## Fachbereich Informatik

We study the complexity of local solution of Fredholm integral equations. This means that we want to compute not the full solution, but rather a functional (weighted mean, value in a point) of it. For certain Sobolev classes of multivariate periodic functions we prove matching upper and lower bounds and construct an algorithm of the optimal order, based on Fourier coefficients and a hyperbolic cross approximation.

In recent years, Smolyak quadrature rules (also called hyperbolic cross points or sparse grids) have gained interest as a possible competitor to number theoretic quadratures for high dimensional problems. A standard way of comparing the quality of multivariate quadrature formulas
consists in computing their \(L_2\)-discrepancy. Especially for larger dimensions, such computations are a highly complex task. In this paper we develop a fast recursive algorithm for computing the \(L_2\)-discrepancy (and related quality measures) of general Smolyak quadratures. We carry out numerical comparisons between the discrepancies of certain Smolyak rules, Hammersley and Monte Carlo sequences.

A notion of discrepancy is introduced, which represents the integration error on spaces of \(r\)-smooth periodic functions. It generalizes the diaphony and constitutes a periodic counterpart to the classical \(L_2\)-discrepancy as weil as \(r\)-smooth versions of it introduced recently by Paskov [Pas93]. Based on previous work [FH96], we develop an efficient algorithm for computing periodic discrepancies for quadrature formulas possessing certain tensor product structures, in particular, for Smolyak quadrature rules (also called sparse grid methods). Furthermore, fast algorithms of computing periodic discrepancies for lattice rules can easily be derived from well-known properties of lattices. On this basis we carry out numerical comparisons of discrepancies between Smolyak and lattice rules.

The \(L_2\)-discrepancy is a quantitative measure of precision for multivariate quadrature rules. It can be computed explicitly. Previously known algorithms needed \(O(m^2\)) operations, where \(m\) is the number of nodes. In this paper we present algorithms which require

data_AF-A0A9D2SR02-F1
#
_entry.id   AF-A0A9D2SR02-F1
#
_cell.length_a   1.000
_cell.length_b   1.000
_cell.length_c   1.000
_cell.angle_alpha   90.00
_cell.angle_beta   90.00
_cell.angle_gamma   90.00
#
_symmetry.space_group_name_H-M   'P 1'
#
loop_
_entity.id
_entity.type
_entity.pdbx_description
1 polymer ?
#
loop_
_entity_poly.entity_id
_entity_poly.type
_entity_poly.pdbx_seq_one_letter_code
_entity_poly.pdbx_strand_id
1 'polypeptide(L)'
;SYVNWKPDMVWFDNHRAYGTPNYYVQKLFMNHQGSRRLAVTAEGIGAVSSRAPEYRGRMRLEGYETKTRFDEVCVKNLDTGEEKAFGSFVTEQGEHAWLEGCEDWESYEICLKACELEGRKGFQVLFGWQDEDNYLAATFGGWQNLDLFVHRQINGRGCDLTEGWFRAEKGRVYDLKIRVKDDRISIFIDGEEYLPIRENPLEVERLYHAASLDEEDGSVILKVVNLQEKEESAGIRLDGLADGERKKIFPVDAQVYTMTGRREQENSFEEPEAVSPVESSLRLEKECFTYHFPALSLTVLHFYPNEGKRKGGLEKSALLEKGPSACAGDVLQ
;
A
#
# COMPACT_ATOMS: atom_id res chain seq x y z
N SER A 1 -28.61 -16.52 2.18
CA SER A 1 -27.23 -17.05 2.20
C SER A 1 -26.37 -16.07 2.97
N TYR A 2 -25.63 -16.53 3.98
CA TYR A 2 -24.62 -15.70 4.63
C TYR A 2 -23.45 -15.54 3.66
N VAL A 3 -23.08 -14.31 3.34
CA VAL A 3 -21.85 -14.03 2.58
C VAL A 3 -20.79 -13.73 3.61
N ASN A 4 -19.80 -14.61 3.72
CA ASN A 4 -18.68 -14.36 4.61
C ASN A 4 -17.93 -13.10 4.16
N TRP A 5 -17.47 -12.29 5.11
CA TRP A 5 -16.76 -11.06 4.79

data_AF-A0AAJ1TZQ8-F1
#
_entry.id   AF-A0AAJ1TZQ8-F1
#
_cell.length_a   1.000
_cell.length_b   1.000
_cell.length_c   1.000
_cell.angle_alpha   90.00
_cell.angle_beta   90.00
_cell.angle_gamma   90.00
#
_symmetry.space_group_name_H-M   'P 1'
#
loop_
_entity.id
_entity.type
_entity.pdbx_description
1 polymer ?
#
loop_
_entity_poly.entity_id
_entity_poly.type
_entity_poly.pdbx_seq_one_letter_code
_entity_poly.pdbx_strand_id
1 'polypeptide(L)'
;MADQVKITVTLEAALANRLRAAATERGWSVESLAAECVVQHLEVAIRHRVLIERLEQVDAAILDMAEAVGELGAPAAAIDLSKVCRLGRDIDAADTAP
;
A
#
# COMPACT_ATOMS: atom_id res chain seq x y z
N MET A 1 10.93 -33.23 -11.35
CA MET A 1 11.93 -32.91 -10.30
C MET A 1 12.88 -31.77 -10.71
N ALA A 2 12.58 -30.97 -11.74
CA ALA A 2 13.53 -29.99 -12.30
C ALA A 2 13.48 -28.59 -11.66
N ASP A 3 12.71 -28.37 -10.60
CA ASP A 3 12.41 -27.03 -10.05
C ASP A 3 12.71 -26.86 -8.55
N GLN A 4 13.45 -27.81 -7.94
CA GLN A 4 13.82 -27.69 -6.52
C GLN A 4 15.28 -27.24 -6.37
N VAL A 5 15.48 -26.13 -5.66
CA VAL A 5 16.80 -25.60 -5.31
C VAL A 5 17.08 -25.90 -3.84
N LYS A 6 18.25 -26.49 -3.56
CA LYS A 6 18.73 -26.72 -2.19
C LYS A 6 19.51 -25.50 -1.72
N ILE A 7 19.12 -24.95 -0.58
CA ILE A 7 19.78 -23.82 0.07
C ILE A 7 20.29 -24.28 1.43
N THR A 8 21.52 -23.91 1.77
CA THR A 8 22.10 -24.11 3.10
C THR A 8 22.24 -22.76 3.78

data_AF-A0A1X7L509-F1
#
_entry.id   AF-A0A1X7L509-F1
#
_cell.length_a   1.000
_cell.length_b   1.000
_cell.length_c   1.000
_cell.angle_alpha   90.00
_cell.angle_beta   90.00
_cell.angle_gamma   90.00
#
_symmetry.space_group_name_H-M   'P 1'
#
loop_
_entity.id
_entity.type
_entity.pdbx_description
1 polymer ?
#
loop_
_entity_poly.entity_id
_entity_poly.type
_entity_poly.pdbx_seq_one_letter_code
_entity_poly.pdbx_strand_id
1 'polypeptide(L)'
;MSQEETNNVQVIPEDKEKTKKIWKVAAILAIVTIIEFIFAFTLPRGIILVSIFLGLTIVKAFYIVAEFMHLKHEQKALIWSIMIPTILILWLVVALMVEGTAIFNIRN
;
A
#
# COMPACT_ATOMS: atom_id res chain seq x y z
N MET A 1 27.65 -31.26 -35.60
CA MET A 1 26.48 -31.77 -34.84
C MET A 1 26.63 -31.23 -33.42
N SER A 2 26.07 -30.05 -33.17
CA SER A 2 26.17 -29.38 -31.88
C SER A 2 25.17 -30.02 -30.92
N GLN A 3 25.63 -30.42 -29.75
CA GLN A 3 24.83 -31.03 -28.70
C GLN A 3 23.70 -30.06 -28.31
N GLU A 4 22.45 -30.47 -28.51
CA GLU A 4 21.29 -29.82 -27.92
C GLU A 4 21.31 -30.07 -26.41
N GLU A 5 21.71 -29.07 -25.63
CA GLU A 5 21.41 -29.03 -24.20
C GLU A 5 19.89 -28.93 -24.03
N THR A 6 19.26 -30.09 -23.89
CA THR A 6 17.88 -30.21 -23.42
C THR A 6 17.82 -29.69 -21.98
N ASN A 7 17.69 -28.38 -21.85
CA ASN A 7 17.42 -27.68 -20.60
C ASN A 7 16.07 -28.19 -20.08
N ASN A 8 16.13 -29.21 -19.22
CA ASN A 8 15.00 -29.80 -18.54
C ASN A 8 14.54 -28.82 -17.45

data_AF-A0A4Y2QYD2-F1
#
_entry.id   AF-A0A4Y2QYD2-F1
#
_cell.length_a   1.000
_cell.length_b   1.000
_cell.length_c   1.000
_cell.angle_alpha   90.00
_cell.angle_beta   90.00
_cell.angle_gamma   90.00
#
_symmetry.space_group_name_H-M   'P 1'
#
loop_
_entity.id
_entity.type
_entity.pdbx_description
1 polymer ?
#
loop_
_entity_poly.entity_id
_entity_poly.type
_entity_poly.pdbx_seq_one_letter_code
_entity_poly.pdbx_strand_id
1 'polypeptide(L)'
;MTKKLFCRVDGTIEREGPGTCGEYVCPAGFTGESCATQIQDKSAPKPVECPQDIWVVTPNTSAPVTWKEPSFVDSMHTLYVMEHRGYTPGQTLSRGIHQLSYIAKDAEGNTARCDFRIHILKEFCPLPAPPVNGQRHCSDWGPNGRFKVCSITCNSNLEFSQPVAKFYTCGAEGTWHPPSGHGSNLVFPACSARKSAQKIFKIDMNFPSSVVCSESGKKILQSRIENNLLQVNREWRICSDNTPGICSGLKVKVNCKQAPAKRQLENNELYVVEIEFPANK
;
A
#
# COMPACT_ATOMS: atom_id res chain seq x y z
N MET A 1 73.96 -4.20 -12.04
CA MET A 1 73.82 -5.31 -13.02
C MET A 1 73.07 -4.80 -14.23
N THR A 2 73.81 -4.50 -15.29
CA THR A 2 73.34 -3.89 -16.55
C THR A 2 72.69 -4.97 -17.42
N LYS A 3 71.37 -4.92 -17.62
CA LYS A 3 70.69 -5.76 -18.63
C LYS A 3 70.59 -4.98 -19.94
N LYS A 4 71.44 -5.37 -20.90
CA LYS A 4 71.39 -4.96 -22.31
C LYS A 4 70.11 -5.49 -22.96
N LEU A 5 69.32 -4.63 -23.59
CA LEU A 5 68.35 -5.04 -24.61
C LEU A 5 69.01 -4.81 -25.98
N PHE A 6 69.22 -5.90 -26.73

\(O(m(log m)^d)\) operations.

In this paper, the complexity of full solution of Fredholm integral equations of the second kind with data from the Sobolev class \(W^r_2\) is studied. The exact order of information complexity is derived. The lower bound is proved using a Gelfand number technique. The upper bound is shown by providing a concrete algorithm of optimal order, based on a specific hyperbolic cross approximation of the kernel function. Numerical experiments are included, comparing the optimal algorithm with the standard Galerkin method.

We study the problem of global solution of Fredholm integral equations. This means that we seek to approximate the full solution function (as opposed to the local problem, where only the value of the solution in a single point or a functional of the solution is sought). We analyze the Monte Carlo complexity, i.e. the complexity of stochastic solution of this problem. The framework for this analysis is provided by information based complexity theory. Our investigations complement previous ones on stochastic complexity of local solution and on deterministic complexity of
both local and global solution. The results show that even in the global case Monte Carlo algorithms can perform better than deterministic ones, although the difference is not as large as in the local case.

The Monte Carlo complexity of computing integrals depending on a parameter is analyzed for smooth integrands. An optimal algorithm is developed on the basis of a multigrid variance reduction technique. The complexity analysis implies that our algorithm attains a higher convergence rate than any deterministic algorithm. Moreover, because of savings due to computation on multiple grids, this rate is also higher than that of previously developed Monte Carlo algorithms for parametric integration.

We survey old and new results about optimal algorithms for summation of finite sequences and for integration of functions from Hölder or Sobolev spaces. First we discuss optimal deterministic and randornized algorithms. Then we add a new aspect, which has not been covered before on conferences
about (quasi-) Monte Carlo methods: quantum computation. We give a short introduction into this setting and present recent results of the authors on optimal quantum algorithms for summation and integration. We discuss comparisons between the three settings. The most interesting case for Monte
Carlo and quantum integration is that of moderate smoothness \(k\) and large dimension \(d\) which, in fact, occurs in a number of important applied problems. In that case the deterministic exponent is negligible, so the \(n^{-1/2}\) Monte Carlo and the \(n^{-1}\) quantum speedup essentially constitute the entire convergence rate.

We study high dimensional integration in the quantum model of computation. We develop quantum algorithms for integration of functions from Sobolev classes \(W^r_p [0,1]^d\) and analyze their convergence rates. We also prove lower bounds which show that the proposed algorithms are, in many cases, optimal within the setting of quantum computing. This extends recent results of Novak on integration of functions from Hölder classes.